- Cost-Push inflation: This occurs when there is an increase in not only the demand for goods and services but also an increase in production costs. Increases in raw materials or labor costs can cause businesses to raise prices to meet their profit margins.
- Devaluation occurs when the currency loses value compared to other currencies. So, for example, if the U.S. dollar loses value against the euro, it will take more U.S. dollars to convert to the same amount of euros. So, if a business imports its goods from Europe, it may need to raise prices to cover the increase in cost.
- Printing of more money: The printing of more money by central banks directly impacts inflation. If there is more money being circulated, the value will go down. Thus, the dollar's value overall is lower, and the cost of goods is higher to meet the value.
Is Inflation Better for Borrowers or Lenders?
Inflation can favor both borrowers and lenders, depending on the circumstance.
This has to do with the money supply. As mentioned before, when central banks are printing more paper money to go around, it can directly affect the prices of goods. This assumes that there is no economic change because it weighs itself out.
So then, inflation allows borrowers to repay lenders with money worth less than initially borrowed. This can benefit borrowers.
Vice versa, inflation causes higher prices for the same goods, increasing credit spending, raising interest rates, and benefitting lenders.
How Does Inflation Impact Crypto Investments?
More popular than gold, cryptocurrency investments have been the new way to hedge against inflation.
The well-renowned Bitcoin is ultimately a deflationary asset. This is why individuals use it to protect themselves against hyperinflation and the rising costs of everyday goods.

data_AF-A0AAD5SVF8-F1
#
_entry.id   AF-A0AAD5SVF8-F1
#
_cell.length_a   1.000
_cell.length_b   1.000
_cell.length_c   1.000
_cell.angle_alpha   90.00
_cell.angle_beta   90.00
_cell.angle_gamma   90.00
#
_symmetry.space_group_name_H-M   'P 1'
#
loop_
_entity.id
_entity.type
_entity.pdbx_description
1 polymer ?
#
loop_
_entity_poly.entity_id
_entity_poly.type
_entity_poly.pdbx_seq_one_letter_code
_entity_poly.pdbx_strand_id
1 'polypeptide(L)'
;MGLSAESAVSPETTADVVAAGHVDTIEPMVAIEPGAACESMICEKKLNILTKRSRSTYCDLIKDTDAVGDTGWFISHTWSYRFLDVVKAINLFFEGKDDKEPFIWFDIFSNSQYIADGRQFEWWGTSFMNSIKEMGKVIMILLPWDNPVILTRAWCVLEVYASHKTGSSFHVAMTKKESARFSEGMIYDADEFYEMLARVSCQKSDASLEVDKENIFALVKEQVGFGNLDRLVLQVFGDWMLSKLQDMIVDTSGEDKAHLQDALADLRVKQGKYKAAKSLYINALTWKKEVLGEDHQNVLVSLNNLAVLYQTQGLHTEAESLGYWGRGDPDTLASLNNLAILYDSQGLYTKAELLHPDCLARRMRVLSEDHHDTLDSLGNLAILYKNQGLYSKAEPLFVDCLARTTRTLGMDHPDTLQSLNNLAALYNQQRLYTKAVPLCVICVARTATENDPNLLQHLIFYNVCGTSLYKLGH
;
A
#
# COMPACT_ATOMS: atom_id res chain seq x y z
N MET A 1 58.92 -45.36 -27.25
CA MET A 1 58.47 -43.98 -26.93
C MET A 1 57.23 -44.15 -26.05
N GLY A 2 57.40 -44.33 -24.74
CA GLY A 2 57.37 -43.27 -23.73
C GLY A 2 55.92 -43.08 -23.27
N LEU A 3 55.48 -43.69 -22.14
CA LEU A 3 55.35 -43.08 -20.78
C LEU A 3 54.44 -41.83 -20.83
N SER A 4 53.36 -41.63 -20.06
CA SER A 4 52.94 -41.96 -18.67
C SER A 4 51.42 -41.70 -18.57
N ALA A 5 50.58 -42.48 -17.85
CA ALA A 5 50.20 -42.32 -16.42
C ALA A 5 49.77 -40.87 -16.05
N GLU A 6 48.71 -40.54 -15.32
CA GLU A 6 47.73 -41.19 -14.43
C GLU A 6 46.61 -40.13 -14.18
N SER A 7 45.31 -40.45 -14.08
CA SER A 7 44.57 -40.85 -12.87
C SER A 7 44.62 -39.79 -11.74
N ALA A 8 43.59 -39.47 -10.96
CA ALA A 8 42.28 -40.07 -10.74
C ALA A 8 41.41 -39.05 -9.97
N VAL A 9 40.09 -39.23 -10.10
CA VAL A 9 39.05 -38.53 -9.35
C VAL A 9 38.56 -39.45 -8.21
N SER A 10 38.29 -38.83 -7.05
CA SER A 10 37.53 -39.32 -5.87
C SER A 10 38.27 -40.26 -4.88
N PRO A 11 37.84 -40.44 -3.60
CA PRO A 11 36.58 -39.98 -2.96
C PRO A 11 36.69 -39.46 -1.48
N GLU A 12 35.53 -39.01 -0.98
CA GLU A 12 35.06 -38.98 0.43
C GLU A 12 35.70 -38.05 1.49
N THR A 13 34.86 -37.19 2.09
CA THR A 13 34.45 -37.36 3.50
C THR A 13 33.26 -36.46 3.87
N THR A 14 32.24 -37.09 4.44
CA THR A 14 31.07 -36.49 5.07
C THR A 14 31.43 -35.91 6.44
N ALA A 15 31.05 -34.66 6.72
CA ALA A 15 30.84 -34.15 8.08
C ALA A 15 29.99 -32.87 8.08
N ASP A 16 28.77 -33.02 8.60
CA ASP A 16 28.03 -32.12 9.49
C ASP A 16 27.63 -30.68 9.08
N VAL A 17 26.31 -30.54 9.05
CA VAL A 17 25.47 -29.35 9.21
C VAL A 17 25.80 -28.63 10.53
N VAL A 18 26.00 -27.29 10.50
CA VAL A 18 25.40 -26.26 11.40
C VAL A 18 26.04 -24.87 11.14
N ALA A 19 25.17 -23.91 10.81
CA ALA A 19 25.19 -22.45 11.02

Unlike the printed dollar, crypto cannot be manipulated similarly by changing interest rates and increasing bills being circulated.
Bitcoin’s supply will never exceed 21 million, making it an attractive and inflation-resistant store of value.
As cryptocurrency is still highly volatile and the price movements can fluctuate relatively quickly, like Bitcoin's drastic price drop in May of 2022, many investors have pulled their money out of crypto platforms and placed them back into gold.
This makes crypto a less secure option for investors. For those unsure about crypto's reliance, investing in safer crypto like stablecoins that are USD- backed and approved by the New York State Department of financial services may be a wise choice.
And if you still want to beat inflation with crypto, another method would be trading forex and different fiat currencies.
The Bottom Line
Inflation is a complex economic concept that has its pros and cons. When it comes to investments, it is vital to keep a close eye on your portfolio and diversify where necessary.
As for cryptocurrency, here at Pluto, we can help you make the best investment decisions with ease.
What Is Inflation? How Does It Work? | Forbes Advisor
What Is Inflation? How Does It Work? | Forbes Advisor
Inflation-Protected Security (IPS) Definition | Investopedia
How Does Inflation Affect Fixed-Income Investments? | Investopedia
How Does Inflation Affect Stocks? | Forbes Advisor
How Rising Inflation Impacts Real Estate Investments | Forbes
Effect of Higher Oil Prices | Economics Help
What Causes Inflation? | Forbes Advisor